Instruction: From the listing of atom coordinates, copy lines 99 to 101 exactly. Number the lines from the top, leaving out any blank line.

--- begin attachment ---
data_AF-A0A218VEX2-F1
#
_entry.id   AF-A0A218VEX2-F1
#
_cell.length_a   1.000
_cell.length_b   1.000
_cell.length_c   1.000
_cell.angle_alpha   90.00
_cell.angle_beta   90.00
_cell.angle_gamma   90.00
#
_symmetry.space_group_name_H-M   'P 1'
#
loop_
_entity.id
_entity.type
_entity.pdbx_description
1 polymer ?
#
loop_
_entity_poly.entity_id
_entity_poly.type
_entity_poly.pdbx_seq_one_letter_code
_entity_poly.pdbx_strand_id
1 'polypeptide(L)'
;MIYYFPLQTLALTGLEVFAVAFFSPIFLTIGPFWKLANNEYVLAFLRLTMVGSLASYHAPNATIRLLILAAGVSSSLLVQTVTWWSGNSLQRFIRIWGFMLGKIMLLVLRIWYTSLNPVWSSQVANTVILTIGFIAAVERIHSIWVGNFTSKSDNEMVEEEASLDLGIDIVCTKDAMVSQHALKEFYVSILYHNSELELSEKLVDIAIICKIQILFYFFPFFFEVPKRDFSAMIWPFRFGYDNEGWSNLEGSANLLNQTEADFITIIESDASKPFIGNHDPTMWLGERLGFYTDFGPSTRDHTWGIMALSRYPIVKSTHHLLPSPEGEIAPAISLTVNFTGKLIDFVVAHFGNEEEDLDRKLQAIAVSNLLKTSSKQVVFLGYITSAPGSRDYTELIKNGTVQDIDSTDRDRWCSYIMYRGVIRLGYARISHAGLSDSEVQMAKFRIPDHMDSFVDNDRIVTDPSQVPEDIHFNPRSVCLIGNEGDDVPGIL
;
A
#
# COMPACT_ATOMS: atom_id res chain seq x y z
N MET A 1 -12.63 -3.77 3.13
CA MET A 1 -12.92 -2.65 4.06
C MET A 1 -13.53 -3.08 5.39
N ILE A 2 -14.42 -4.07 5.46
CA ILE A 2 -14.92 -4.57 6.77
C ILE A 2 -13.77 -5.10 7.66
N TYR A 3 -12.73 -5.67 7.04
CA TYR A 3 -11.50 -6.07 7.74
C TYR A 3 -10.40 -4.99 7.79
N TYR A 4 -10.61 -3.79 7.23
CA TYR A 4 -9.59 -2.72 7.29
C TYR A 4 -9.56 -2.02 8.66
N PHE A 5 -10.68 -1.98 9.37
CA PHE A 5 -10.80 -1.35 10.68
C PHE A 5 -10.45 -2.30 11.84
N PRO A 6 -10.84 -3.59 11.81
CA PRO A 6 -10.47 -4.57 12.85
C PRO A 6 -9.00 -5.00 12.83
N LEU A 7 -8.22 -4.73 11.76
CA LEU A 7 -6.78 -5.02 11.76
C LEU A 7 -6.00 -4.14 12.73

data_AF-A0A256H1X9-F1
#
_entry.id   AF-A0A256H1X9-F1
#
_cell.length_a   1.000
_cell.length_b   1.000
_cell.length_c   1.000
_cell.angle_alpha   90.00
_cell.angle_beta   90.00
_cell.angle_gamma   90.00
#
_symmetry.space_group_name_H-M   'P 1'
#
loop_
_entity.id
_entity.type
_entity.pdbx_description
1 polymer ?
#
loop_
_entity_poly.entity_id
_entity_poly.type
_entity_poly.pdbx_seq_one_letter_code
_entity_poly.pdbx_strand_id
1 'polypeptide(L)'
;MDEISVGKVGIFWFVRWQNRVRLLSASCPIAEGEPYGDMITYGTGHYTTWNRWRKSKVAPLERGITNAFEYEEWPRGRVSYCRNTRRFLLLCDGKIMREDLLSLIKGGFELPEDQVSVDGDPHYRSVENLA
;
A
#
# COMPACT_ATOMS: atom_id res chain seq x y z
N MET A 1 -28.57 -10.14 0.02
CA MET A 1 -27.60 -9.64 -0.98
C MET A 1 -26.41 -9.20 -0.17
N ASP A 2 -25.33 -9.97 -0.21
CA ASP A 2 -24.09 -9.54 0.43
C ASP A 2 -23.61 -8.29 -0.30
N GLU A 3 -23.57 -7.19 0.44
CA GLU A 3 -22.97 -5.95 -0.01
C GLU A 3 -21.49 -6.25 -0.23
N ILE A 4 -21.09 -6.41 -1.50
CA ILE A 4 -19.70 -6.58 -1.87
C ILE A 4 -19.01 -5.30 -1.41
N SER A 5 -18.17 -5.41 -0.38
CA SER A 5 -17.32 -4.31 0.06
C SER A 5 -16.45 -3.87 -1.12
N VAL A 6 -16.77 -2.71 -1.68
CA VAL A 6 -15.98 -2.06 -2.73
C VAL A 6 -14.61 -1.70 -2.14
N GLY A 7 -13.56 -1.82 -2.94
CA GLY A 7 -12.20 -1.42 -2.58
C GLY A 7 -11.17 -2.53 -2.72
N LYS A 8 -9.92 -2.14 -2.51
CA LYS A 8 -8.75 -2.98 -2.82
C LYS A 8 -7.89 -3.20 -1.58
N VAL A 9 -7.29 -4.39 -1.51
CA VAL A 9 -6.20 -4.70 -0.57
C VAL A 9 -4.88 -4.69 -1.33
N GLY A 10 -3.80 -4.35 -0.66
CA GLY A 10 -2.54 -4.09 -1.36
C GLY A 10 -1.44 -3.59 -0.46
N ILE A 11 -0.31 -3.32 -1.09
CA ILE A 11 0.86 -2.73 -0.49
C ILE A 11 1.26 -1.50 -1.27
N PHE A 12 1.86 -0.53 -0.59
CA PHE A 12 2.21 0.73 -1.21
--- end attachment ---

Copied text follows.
C VAL A 6 -14.61 -1.70 -2.14
N GLY A 7 -13.56 -1.82 -2.94
CA GLY A 7 -12.20 -1.42 -2.58